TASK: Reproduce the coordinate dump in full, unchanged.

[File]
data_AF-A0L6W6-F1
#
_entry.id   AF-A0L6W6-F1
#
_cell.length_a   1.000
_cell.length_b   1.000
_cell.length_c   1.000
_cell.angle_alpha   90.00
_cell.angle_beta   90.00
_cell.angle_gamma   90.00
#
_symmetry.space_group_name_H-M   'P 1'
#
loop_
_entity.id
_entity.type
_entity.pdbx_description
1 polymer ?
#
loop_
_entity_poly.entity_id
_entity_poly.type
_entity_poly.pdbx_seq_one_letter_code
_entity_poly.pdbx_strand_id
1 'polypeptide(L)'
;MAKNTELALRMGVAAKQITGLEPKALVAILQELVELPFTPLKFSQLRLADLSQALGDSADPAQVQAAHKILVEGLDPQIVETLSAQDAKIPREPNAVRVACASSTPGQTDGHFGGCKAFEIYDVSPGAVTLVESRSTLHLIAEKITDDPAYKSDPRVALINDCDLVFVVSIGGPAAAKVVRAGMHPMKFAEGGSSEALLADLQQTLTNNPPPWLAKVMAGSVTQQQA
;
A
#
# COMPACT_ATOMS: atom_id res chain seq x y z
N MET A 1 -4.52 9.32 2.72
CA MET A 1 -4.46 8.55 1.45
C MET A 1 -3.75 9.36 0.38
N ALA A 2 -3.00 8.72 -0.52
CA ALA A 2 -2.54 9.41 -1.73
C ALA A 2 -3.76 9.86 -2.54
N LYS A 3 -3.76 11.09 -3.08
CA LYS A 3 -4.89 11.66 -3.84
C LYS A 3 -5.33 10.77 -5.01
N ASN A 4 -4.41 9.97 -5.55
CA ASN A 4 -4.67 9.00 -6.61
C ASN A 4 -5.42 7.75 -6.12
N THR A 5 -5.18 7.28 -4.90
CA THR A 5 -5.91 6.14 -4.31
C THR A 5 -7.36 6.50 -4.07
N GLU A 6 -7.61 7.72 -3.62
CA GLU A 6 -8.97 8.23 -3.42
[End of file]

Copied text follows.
data_AF-A0L6W6-F1
#
_entry.id   AF-A0L6W6-F1
#
_cell.length_a   1.000
_cell.length_b   1.000
_cell.length_c   1.000
_cell.angle_alpha   90.00
_cell.angle_beta   90.00
_cell.angle_gamma   90.00
#
_symmetry.space_group_name_H-M   'P 1'
#
loop_
_entity.id
_entity.type
_entity.pdbx_description
1 polymer ?
#
loop_
_entity_poly.entity_id
_entity_poly.type
_entity_poly.pdbx_seq_one_letter_code
_entity_poly.pdbx_strand_id
1 'polypeptide(L)'
;MAKNTELALRMGVAAKQITGLEPKALVAILQELVELPFTPLKFSQLRLADLSQALGDSADPAQVQAAHKILVEGLDPQIVETLSAQDAKIPREPNAVRVACASSTPGQTDGHFGGCKAFEIYDVSPGAVTLVESRSTLHLIAEKITDDPAYKSDPRVALINDCDLVFVVSIGGPAAAKVVRAGMHPMKFAEGGSSEALLADLQQTLTNNPPPWLAKVMAGSVTQQQA
;
A
#
# COMPACT_ATOMS: atom_id res chain seq x y z
N MET A 1 -4.52 9.32 2.72
CA MET A 1 -4.46 8.55 1.45
C MET A 1 -3.75 9.36 0.38
N ALA A 2 -3.00 8.72 -0.52
CA ALA A 2 -2.54 9.41 -1.73
C ALA A 2 -3.76 9.86 -2.54
N LYS A 3 -3.76 11.09 -3.08
CA LYS A 3 -4.89 11.66 -3.84
C LYS A 3 -5.33 10.77 -5.01
N ASN A 4 -4.41 9.97 -5.55
CA ASN A 4 -4.67 9.00 -6.61
C ASN A 4 -5.42 7.75 -6.12
N THR A 5 -5.18 7.28 -4.90
CA THR A 5 -5.91 6.14 -4.31
C THR A 5 -7.36 6.50 -4.07
N GLU A 6 -7.61 7.72 -3.62
CA GLU A 6 -8.97 8.23 -3.42